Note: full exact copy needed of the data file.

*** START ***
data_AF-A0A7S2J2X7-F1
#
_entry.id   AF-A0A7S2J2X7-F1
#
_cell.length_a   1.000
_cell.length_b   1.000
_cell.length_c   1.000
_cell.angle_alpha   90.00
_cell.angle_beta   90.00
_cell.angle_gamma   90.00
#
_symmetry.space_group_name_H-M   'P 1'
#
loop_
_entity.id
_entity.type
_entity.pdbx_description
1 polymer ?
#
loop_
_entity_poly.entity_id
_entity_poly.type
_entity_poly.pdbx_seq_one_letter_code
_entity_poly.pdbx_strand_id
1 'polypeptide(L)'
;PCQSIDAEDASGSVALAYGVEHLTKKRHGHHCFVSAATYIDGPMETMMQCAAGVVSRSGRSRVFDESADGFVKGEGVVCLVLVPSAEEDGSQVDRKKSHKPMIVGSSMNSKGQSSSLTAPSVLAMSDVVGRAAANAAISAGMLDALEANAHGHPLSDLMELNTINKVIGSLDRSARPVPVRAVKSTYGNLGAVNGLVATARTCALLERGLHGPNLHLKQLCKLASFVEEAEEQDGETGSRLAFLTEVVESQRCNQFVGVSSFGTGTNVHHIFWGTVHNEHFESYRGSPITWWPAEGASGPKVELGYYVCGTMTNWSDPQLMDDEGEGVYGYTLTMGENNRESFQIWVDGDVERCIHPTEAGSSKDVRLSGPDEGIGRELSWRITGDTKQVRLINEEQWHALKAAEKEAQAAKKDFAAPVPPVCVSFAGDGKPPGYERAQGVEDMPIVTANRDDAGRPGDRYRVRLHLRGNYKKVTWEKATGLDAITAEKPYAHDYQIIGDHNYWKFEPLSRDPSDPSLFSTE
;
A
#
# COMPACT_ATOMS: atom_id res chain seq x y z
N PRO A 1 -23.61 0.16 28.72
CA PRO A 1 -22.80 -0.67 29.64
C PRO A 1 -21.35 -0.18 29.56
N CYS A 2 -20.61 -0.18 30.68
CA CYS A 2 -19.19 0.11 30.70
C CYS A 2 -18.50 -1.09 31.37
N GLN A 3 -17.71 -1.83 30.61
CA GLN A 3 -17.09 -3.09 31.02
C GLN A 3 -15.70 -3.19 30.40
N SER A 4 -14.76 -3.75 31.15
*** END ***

data_AF-A0A7S2J2X7-F1
#
_entry.id   AF-A0A7S2J2X7-F1
#
_cell.length_a   1.000
_cell.length_b   1.000
_cell.length_c   1.000
_cell.angle_alpha   90.00
_cell.angle_beta   90.00
_cell.angle_gamma   90.00
#
_symmetry.space_group_name_H-M   'P 1'
#
loop_
_entity.id
_entity.type
_entity.pdbx_description
1 polymer ?
#
loop_
_entity_poly.entity_id
_entity_poly.type
_entity_poly.pdbx_seq_one_letter_code
_entity_poly.pdbx_strand_id
1 'polypeptide(L)'
;PCQSIDAEDASGSVALAYGVEHLTKKRHGHHCFVSAATYIDGPMETMMQCAAGVVSRSGRSRVFDESADGFVKGEGVVCLVLVPSAEEDGSQVDRKKSHKPMIVGSSMNSKGQSSSLTAPSVLAMSDVVGRAAANAAISAGMLDALEANAHGHPLSDLMELNTINKVIGSLDRSARPVPVRAVKSTYGNLGAVNGLVATARTCALLERGLHGPNLHLKQLCKLASFVEEAEEQDGETGSRLAFLTEVVESQRCNQFVGVSSFGTGTNVHHIFWGTVHNEHFESYRGSPITWWPAEGASGPKVELGYYVCGTMTNWSDPQLMDDEGEGVYGYTLTMGENNRESFQIWVDGDVERCIHPTEAGSSKDVRLSGPDEGIGRELSWRITGDTKQVRLINEEQWHALKAAEKEAQAAKKDFAAPVPPVCVSFAGDGKPPGYERAQGVEDMPIVTANRDDAGRPGDRYRVRLHLRGNYKKVTWEKATGLDAITAEKPYAHDYQIIGDHNYWKFEPLSRDPSDPSLFSTE
;
A
#
# COMPACT_ATOMS: atom_id res chain seq x y z
N PRO A 1 -23.61 0.16 28.72
CA PRO A 1 -22.80 -0.67 29.64
C PRO A 1 -21.35 -0.18 29.56
N CYS A 2 -20.61 -0.18 30.68
CA CYS A 2 -19.19 0.11 30.70
C CYS A 2 -18.50 -1.09 31.37
N GLN A 3 -17.71 -1.83 30.61
CA GLN A 3 -17.09 -3.09 31.02
C GLN A 3 -15.70 -3.19 30.40
N SER A 4 -14.76 -3.75 31.15